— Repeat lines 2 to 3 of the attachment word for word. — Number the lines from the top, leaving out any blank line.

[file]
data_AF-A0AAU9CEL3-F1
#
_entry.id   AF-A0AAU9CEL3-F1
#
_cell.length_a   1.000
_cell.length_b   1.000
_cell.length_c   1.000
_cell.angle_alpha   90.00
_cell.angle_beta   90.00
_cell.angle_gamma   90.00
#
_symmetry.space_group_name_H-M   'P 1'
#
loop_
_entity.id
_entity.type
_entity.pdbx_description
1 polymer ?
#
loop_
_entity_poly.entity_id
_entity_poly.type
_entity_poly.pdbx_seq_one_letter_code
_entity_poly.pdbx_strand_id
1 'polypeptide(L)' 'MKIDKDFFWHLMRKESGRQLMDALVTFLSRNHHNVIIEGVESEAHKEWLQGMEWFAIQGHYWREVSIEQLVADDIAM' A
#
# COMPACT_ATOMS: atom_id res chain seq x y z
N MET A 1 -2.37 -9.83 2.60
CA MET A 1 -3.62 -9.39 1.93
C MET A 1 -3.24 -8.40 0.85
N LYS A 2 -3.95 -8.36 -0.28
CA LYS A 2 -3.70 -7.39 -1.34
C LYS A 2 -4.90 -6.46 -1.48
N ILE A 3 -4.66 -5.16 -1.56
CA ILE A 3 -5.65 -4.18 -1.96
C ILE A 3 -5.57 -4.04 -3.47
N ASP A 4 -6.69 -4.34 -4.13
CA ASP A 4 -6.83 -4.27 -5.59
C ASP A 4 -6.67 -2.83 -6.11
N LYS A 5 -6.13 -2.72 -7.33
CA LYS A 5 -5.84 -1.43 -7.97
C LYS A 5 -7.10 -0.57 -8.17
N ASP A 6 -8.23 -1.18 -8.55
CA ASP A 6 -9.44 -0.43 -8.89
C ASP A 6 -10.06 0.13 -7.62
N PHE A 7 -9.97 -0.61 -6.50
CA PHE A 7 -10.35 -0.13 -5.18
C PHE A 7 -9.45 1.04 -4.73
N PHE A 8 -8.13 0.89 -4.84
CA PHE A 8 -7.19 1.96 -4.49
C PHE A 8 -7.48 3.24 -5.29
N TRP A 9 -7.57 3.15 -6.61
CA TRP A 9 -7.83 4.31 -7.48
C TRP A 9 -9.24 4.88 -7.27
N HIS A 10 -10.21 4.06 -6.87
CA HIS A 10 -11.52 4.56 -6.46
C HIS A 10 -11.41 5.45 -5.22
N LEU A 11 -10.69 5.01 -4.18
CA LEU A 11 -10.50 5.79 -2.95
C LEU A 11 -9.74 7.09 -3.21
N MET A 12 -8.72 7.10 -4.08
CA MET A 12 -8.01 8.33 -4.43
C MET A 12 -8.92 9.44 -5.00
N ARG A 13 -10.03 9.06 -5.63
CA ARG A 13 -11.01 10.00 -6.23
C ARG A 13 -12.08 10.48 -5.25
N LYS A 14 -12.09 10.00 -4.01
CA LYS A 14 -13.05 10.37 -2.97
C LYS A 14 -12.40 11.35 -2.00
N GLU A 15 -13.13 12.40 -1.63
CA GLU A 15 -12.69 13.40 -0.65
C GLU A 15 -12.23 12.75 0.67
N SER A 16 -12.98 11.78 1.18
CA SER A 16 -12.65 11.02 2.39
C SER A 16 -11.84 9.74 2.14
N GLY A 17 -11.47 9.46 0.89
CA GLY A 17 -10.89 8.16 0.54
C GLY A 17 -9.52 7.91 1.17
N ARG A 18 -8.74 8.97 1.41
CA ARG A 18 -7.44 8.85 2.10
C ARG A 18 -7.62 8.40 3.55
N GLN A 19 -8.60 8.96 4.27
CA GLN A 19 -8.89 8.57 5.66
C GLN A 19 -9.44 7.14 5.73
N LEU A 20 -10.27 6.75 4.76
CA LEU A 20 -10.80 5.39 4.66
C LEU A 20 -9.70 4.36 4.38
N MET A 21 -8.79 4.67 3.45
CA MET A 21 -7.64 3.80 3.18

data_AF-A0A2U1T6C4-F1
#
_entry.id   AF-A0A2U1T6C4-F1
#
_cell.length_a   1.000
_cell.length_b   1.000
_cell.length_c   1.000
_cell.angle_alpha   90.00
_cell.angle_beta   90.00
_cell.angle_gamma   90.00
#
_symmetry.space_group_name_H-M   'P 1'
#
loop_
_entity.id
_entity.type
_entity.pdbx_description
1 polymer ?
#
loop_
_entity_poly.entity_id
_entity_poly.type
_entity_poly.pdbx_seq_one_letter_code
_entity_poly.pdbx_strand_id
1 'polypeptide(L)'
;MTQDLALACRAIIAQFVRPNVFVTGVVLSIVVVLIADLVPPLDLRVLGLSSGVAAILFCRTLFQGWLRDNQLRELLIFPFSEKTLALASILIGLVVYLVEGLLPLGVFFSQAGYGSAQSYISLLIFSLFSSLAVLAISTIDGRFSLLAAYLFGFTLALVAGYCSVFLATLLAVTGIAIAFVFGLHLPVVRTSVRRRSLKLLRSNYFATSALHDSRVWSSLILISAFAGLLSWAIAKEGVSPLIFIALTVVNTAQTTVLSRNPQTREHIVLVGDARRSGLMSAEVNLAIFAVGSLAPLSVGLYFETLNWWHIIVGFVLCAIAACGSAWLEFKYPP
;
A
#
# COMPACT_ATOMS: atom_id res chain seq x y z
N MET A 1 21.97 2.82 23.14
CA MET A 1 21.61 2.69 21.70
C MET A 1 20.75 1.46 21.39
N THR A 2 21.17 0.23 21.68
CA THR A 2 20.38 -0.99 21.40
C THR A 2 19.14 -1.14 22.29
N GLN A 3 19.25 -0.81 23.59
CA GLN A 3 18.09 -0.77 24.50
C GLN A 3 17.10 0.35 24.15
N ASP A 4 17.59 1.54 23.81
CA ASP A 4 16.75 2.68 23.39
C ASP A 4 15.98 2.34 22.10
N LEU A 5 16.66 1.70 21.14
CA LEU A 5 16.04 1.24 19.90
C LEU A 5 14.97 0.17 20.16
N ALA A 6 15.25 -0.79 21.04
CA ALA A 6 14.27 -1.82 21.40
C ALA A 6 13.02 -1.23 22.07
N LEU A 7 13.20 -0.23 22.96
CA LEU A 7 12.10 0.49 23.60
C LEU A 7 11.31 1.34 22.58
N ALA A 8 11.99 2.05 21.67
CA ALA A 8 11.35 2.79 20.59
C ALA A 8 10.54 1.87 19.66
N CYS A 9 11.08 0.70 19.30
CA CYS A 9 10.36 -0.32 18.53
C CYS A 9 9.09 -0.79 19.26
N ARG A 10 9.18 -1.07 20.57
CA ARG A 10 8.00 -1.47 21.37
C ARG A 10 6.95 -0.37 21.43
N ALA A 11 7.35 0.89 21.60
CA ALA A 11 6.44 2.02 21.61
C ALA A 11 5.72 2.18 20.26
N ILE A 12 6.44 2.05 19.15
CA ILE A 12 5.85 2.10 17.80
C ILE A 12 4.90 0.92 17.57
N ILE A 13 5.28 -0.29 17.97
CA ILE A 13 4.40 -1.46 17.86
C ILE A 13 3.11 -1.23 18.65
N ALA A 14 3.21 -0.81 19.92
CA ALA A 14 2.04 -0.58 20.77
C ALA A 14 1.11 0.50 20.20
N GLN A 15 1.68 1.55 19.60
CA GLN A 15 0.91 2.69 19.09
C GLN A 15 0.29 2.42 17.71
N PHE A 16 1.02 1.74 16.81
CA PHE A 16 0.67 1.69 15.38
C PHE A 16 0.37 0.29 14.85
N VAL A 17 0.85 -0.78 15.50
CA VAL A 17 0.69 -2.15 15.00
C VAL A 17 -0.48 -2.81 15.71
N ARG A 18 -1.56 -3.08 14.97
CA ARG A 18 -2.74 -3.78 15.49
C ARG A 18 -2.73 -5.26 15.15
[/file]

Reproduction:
#
_entry.id   AF-A0AAU9CEL3-F1